Today’s headlines are depressing. “Pakistan remains on FATF hook”… “Outlawed TLP announces march on Islamabad”… “PDM launches nationwide protest”… “Khurshid Shah gets bail after two years imprisonment”… “Shahbaz Gill threatens media”…and so on.
Pakistan remains on the FATF Gray list because the US wants to retain leverage. Much the same reason lies behind the IMF’s foot-dragging on signing off with Shaukat Tareen. It seems Pakistan isn’t ready to give the US an “over-the-horizon” highway to conduct kinetic operations in Afghanistan, as and when. Why is this so important to the US? After all, it is the regional countries – Pakistan, China, Russia, Iran and Central Asian Republics – that have to contend with terrorism exported from Afghanistan and not the US or the international community who don’t have to contend with global terrorism organized by Osama Bin Laden wannabes based in Afghanistan. It is, of course, no coincidence that the three top global targets on the US hit-list are China, Russia and Iran.
The TLP is marching again. It wants the government to release its leader Saad Rizvi and oust the French Ambassador from Islamabad. Curiously enough, the Election Commission of Pakistan has allowed the “banned” TLP to contest elections and the government has allowed it to hold protests and long marches. Indeed, Sheikh Rashid, the interior minister, has “warned” the peaceful PDM “not to take the law into its hands” but not uttered a squeak against the militant TLP!
Journalist Asma Shirazi is the latest vile target of PTI ministers and trolls for writing that a country like Pakistan beset with myriad problems cannot be run on Hokus Pokus policies. Shahbaz Gill, the PM’s spokesman, has warned the media that any “slurs on the PM’s family” will not be tolerated, clearly implying the source of such inspiration. The PFUJ has countered that any attack on the media will be fiercely resisted.
NAB’s cruel victimization of opposition politicians is breaching the limits of law. There is a long list of people who have suffered incarceration for months without a shred of evidence presented in court against them. Khurshid Shah has suffered the most. The Islamabad High Court and Supreme Court have censured NAB for its arbitrary and high handed ways but the government has gone ahead and extended the term of the very NAB chairman who is blithely cracking the whip.
In the latest twist of events, two headlines run side by side. “DG-ISI Lt Gen Faiz Hameed in Kabul for talks with Taliban”… and “New DG ISI to be notified today”. The ISPR announced over ten days ago that Lt General Nadeem Anjum had been nominated as the new DG-ISI and Lt Gen Faiz Hameed the new Commander 11 Corps based in Peshawar. But neither has yet taken up his new post because PM Imran Khan has not signed off even after “interviewing” Lt Gen Nadeem Anjum. This is an example of the sort of confusion and instability – the signs are not rightly aligned — that Asma Shirazi and others are talking about.
Unfortunately, however, this issue has become much more than a blip on the same page narrative of the PTI government and Miltablishment. Speculation is rife about how the army chief, General Qamar Javed Bajwa, and his GHQ colleagues are outraged that the ISPR announcement is not being “honoured” by the PM and they are “ready for any eventuality”. On the other side, the PM has dug his heels in and let it be known that he is not going to be a pushover any more. This contradiction spells the imminent demise of the “hybrid regime”. But it isn’t clear how and when this structure will collapse because there are so many “options” on the table.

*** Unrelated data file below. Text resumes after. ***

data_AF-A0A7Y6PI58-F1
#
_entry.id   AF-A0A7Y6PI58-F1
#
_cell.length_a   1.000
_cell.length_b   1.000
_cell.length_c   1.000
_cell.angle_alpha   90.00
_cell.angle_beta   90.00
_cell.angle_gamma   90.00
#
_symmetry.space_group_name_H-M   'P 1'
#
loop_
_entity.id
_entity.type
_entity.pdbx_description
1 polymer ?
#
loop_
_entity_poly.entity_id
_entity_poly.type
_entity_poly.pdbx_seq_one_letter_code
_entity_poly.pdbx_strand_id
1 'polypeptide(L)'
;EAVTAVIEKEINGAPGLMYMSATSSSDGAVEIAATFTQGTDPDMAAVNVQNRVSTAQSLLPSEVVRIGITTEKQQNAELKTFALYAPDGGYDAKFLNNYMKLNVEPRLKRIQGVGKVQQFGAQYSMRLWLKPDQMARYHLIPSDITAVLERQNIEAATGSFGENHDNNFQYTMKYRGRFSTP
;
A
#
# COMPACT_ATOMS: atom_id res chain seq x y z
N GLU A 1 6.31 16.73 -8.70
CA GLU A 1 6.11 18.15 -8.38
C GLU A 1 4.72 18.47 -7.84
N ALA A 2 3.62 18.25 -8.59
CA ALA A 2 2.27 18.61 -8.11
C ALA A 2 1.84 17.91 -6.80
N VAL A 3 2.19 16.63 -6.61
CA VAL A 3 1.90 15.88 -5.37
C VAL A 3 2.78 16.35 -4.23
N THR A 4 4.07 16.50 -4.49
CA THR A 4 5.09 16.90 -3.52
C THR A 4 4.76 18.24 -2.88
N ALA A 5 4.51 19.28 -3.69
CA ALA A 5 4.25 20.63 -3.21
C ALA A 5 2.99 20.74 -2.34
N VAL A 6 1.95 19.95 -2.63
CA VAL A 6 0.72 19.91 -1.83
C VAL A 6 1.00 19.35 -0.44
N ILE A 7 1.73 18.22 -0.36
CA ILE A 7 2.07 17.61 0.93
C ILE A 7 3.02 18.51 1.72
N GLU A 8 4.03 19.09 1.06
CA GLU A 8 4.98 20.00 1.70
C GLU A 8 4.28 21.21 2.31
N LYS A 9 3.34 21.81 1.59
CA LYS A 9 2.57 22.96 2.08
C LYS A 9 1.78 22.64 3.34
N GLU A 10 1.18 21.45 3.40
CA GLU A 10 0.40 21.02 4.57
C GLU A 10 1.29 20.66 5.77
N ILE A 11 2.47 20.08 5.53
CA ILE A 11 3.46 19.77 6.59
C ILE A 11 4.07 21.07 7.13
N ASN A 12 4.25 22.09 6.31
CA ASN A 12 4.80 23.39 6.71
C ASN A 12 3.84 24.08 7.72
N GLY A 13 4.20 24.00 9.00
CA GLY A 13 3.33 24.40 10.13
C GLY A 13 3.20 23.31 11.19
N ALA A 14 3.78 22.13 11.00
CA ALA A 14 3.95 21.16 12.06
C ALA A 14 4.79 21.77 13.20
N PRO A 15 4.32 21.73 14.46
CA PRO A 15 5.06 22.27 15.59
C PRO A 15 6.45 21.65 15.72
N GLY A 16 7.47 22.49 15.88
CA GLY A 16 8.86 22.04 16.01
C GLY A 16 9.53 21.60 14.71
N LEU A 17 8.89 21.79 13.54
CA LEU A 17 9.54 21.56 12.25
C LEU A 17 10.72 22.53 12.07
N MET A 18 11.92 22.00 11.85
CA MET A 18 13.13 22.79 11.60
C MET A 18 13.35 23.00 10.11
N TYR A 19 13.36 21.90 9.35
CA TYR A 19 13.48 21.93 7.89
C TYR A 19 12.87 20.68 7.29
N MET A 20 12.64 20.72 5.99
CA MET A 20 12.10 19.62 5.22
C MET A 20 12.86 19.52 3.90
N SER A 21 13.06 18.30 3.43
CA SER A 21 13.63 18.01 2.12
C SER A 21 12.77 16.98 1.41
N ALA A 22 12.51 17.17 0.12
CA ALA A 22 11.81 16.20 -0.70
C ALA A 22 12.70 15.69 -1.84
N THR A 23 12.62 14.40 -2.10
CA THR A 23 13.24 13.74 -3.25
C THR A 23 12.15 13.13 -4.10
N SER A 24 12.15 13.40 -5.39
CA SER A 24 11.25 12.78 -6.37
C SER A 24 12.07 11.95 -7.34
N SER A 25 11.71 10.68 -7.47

Imran Khan could finally sign off on the ISPR announcement and save the day. But the damage to mutual trust and interests is irrevocable. There will be prickly disagreements as the system grumbles along until something or someone will “break”. And then we will be back to discussing “options”.
Should Imran Khan decide to put the Miltablishment in its place, will it meekly allow him to run rough shod over it (the Jehangir Karamat option) or will it angrily react and throw everyone and everything overboard (the Pervez Musharraf route)? Would he prefer to go down fighting in parliament when the Miltablishment winks at the disgruntled parliamentarians to throw him out or will he chose to call fresh elections himself and, without Miltablishment support, risk being wiped out by the PMLN?
Pakistan under the Hybrid Regime is riven by bitter internal disputes that are acquiring militant proportions by the day. It is isolated internationally and bereft of friends to bail it out of its economic woes. Continuing instability in Afghanistan is threatening to spill over into Pakistan by way of refugees and terrorists. Without a radical overhaul of national security and elite-capture policies, the outlook is grim.
Liddle-Hart, the great military historian, famously remarked that the only thing more difficult than teaching the military to adopt a new idea is to abandon an old idea. The old idea is that the military has Pakistan. The new idea is that Pakistan has a military. Over the course of Pakistan’s political evolution, one by one, the military’s “chosen” came to realise this predicament but lost their jobs when they tried to redress the balance. The last politician to stand up was Nawaz Sharif. He is still out in the cold despite overwhelming public support for him. Now Imran Khan is stirring. As opposed to notions of “civilian supremacy” for popularly mandated politicians and parties, his motives and maneuverings are hugely suspect because he stole a mandate. That is why there is so much confusion about what is right and who is wrong in the current standoff.
This is going to be a hard winter of discontent. Something is dying in the bowels of Pakistan but we don’t know what is being born in its womb. The omens are not good. The screaming headlines say it all.